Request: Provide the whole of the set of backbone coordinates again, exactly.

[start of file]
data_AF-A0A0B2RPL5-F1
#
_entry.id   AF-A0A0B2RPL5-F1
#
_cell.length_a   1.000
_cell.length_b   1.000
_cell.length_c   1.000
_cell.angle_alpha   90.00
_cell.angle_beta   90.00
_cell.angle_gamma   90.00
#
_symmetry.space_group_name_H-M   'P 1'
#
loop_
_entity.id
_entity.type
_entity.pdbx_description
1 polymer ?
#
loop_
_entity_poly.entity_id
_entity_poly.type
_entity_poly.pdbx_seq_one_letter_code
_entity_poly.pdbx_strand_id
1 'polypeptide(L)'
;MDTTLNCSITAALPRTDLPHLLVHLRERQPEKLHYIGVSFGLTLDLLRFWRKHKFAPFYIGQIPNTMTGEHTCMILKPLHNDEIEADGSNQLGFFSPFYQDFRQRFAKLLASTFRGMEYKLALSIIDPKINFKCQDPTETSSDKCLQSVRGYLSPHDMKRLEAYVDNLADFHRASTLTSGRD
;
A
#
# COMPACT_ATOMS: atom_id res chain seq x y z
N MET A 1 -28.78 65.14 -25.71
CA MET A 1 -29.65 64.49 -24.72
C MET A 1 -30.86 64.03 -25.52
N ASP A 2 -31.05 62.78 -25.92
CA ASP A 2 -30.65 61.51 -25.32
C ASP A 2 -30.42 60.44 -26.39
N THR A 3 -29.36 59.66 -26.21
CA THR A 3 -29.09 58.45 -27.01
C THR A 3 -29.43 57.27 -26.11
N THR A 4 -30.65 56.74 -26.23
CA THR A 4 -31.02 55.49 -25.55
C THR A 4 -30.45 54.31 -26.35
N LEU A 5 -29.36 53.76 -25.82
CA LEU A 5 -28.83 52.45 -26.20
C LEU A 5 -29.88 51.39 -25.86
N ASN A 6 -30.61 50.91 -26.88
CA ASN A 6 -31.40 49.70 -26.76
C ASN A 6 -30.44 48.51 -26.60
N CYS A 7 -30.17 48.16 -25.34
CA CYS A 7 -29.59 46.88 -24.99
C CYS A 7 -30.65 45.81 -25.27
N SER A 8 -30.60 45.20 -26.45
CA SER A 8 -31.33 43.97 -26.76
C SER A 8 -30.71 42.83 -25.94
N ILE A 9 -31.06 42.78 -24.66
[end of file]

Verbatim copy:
data_AF-A0A0B2RPL5-F1
#
_entry.id   AF-A0A0B2RPL5-F1
#
_cell.length_a   1.000
_cell.length_b   1.000
_cell.length_c   1.000
_cell.angle_alpha   90.00
_cell.angle_beta   90.00
_cell.angle_gamma   90.00
#
_symmetry.space_group_name_H-M   'P 1'
#
loop_
_entity.id
_entity.type
_entity.pdbx_description
1 polymer ?
#
loop_
_entity_poly.entity_id
_entity_poly.type
_entity_poly.pdbx_seq_one_letter_code
_entity_poly.pdbx_strand_id
1 'polypeptide(L)'
;MDTTLNCSITAALPRTDLPHLLVHLRERQPEKLHYIGVSFGLTLDLLRFWRKHKFAPFYIGQIPNTMTGEHTCMILKPLHNDEIEADGSNQLGFFSPFYQDFRQRFAKLLASTFRGMEYKLALSIIDPKINFKCQDPTETSSDKCLQSVRGYLSPHDMKRLEAYVDNLADFHRASTLTSGRD
;
A
#
# COMPACT_ATOMS: atom_id res chain seq x y z
N MET A 1 -28.78 65.14 -25.71
CA MET A 1 -29.65 64.49 -24.72
C MET A 1 -30.86 64.03 -25.52
N ASP A 2 -31.05 62.78 -25.92
CA ASP A 2 -30.65 61.51 -25.32
C ASP A 2 -30.42 60.44 -26.39
N THR A 3 -29.36 59.66 -26.21
CA THR A 3 -29.09 58.45 -27.01
C THR A 3 -29.43 57.27 -26.11
N THR A 4 -30.65 56.74 -26.23
CA THR A 4 -31.02 55.49 -25.55
C THR A 4 -30.45 54.31 -26.35
N LEU A 5 -29.36 53.76 -25.82
CA LEU A 5 -28.83 52.45 -26.20
C LEU A 5 -29.88 51.39 -25.86
N ASN A 6 -30.61 50.91 -26.88
CA ASN A 6 -31.40 49.70 -26.76
C ASN A 6 -30.44 48.51 -26.60
N CYS A 7 -30.17 48.16 -25.34
CA CYS A 7 -29.59 46.88 -24.99
C CYS A 7 -30.65 45.81 -25.27
N SER A 8 -30.60 45.20 -26.45
CA SER A 8 -31.33 43.97 -26.76
C SER A 8 -30.71 42.83 -25.94
N ILE A 9 -31.06 42.78 -24.66